Micro-World Gems & Gemology, Fall 2020, Vol. 56, No. 3

Unknown Dendritic Inclusions in Sapphire

Zircon crystals and rutile needles (left) and dendritic inclusions (right) in sapphire.
Left: When the pinkish purple sapphire was viewed under darkfield illumination, the only inclusions visible underneath the table were zircon crystals and rutile needles. Right: Examining the same area with fiber-optic light revealed unknown dendritic inclusions. Photomicrographs by Ezgi Kiyak; field of view 2.90 mm.

The authors recently examined a 4.03 ct light pinkish purple unheated sapphire. When viewed under darkfield illumination, the inclusion scene at first seemed fairly vacant and occupied only by sparse zircon crystals and rutile needles (see above, left). However, microscopic observation with fiber-optic light revealed large, delicate dendritic inclusions underneath the table (see above, right) that resembled a fern frond. The dendritic inclusions seemed to be flat and parallel to each other and extended the entire length of the table. Small round platelets were associated with the “branches” of the inclusions.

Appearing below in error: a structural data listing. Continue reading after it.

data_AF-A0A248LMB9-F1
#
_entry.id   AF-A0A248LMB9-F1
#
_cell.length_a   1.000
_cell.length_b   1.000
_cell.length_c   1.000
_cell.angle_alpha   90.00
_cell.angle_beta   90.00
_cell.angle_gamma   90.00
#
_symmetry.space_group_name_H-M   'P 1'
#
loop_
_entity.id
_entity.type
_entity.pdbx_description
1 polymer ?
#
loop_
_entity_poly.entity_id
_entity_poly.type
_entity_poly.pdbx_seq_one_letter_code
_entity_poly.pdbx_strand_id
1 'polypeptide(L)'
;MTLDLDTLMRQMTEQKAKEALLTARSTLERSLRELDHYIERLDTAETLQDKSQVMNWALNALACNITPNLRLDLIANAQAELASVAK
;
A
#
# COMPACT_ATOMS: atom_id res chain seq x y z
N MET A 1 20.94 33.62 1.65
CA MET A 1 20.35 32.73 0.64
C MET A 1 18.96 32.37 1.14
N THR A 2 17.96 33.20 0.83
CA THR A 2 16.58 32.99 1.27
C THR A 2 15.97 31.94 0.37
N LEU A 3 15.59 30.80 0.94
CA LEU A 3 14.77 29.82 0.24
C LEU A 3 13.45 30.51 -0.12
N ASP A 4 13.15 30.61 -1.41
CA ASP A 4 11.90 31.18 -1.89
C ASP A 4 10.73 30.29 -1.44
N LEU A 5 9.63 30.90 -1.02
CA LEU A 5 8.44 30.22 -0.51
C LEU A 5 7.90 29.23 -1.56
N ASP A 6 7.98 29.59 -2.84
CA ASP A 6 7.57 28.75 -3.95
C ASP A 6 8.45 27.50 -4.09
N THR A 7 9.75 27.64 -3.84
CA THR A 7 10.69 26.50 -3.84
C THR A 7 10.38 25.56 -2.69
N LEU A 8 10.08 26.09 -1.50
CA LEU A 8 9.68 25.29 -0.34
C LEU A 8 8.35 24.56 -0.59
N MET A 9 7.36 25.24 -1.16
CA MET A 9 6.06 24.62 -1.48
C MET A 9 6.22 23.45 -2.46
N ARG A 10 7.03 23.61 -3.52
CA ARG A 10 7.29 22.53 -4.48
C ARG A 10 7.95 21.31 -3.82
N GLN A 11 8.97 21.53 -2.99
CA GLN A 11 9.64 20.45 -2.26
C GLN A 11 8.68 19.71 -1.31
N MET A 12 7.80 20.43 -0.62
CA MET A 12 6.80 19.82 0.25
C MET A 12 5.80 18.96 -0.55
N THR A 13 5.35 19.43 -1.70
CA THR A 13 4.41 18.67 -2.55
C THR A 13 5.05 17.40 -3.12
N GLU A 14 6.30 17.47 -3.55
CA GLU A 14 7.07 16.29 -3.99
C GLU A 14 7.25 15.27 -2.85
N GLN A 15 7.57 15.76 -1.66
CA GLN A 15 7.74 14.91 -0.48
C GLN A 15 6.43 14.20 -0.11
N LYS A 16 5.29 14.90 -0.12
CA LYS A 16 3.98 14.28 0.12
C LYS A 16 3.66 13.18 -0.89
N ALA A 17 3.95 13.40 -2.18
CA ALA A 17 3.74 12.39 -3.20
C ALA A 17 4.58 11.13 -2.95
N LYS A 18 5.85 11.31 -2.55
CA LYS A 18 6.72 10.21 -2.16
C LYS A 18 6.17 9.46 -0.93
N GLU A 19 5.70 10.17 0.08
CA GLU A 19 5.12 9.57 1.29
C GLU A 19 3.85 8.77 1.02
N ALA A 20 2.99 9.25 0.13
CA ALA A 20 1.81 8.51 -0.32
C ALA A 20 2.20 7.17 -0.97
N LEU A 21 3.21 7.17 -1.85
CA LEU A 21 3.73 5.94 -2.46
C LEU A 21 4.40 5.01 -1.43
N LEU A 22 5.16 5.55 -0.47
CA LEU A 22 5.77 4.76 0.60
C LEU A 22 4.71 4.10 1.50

Further examination with a polariscope and conoscope helped prove that the dendritic inclusions were oriented parallel to the basal plane of the host corundum. A distinct uniaxial interference pattern was observed when viewing these inclusions from a perpendicular angle. The thinness and relative distance to the surface of the stone made it difficult to identify the inclusions with Raman spectroscopy. This is the first example of such dendritic inclusions in sapphire the authors have observed. However, a similar inclusion has been observed previously in a heat-treated blue sapphire (see Spring 2007 Lab Notes, pp. 54–55).

Ezgi Kiyak is gemologist trainee, and Augusto Castillo is senior staff gemologist, at GIA in New York.